Garuda Indonesia plans to sharpen its focus on domestic services in a bid to save the ailing national carrier amid continued Covid-19 headwinds, said state-owned enterprises minister Erick Thohir.
Speaking at a press conference in his office yesterday (June 2), Erick said: “One of our focuses ahead is for Garuda and (its subsidiary) Citilink to focus on the domestic market, and not the international market.”
He said this business focus had been discussed with Garuda’s management pre-Covid, but has now become crucial as the pandemic continues to curtail international air travel demand.
Garuda’s recent report showed the company’s debt has snowballed to 70 trillion rupiah (US$4.9 billion) and continued to increase by a trillion rupiah per month.
Upping the focus on Indonesia’s large domestic market will help ease Garuda’s financial burden, as the carrier earns the bulk of its revenue from operating domestic routes.
Erick noted that the national tourism data prior to the pandemic showed that 78 per cent of traffic was domestic travel with an economic value of 1,400 trillion rupiah, while international traffic contributed 22 per cent and yielded 300 million rupiah in economic value.
He also said that as Indonesia is an archipelagic country, local residents had few choices but to travel by air or sea, providing huge opportunities for Garuda and Citilink to tap into this potentially lucrative segment.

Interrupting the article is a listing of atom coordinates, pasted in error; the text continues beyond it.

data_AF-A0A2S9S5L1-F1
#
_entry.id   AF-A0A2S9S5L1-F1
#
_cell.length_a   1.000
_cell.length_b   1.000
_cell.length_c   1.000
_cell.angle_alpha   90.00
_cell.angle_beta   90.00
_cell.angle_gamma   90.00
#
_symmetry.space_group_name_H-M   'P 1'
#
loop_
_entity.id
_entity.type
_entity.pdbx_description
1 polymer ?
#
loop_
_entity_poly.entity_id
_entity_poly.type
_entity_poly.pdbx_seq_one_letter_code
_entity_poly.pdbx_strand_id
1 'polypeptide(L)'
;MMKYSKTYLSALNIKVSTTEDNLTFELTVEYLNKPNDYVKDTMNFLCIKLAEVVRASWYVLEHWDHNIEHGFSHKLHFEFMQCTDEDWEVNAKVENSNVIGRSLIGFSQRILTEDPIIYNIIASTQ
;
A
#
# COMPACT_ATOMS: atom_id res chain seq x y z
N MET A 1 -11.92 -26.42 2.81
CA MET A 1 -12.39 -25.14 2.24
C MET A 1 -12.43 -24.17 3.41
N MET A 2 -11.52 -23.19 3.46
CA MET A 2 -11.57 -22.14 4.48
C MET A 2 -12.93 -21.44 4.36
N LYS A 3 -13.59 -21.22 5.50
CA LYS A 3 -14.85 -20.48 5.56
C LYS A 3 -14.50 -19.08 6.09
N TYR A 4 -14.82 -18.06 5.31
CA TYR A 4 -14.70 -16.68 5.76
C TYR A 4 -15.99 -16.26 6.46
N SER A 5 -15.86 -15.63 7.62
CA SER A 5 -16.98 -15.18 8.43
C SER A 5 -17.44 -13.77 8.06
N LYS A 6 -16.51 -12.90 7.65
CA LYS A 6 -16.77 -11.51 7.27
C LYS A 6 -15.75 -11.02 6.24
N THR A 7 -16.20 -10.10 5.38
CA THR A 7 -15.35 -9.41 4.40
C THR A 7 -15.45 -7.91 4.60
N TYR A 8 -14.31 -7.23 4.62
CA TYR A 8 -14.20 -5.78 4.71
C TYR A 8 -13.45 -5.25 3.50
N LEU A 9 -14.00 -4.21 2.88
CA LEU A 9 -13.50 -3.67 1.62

Tourism players whom TTG Asia spoke to said that while Garuda’s plans to focus on the domestic market in the near-term makes sound business sense, it may not be financially viable in the long run.
Budi Tirtawisata, CEO of Panorama Group, said: “Looking at the commercial aspects and the (state) of the airline, it is a very reasonable option, at least for a certain period, until the (travel) market recovers.”
Adjie Wahjono, operations manager of Aneka Kartika Tours, said: “I don’t think this business plan is the (government’s) grand design for the airline (in the long run). For a vast, archipelagic country like Indonesia, where the tourism pockets are scattered on many islands, it will be too naïve for Indonesia not to have a flag carrier serving international routes.”
However, the minister’s strategy “makes perfect sense to survive the pandemic”, he added, noting IATA’s projection that global passenger numbers are expected to recover to only 52 per cent of pre-Covid levels by the end of this year, and that full recovery will only take place by 2023.
On the other hand, Adjie questioned the effectiveness of the plan to cover the whole country as Garuda’s fleet has been designed to serve major cities and not the ones with smaller airports.
Peltana Danson, director of Borneo Eco Tour, opined that Garuda should have focused on the domestic market since the start of the pandemic and maximise its LCC sister to stimulate traffic around the country.
On the other hand, Udhi Sudiyanto, owner of Antar Anda Tour and Travel, said that if the plan entails Garuda suspending all international services, the minister should reconsider the plan as it meant barring or hampering inbound tourism flows.
“It is probably fine to cut the longhaul flights, but Garuda should keep the profitable short (and medium) hauls,” he added.
He also said that what the airline needed to do was to operate more efficiently, particularly when it comes to managing operational costs.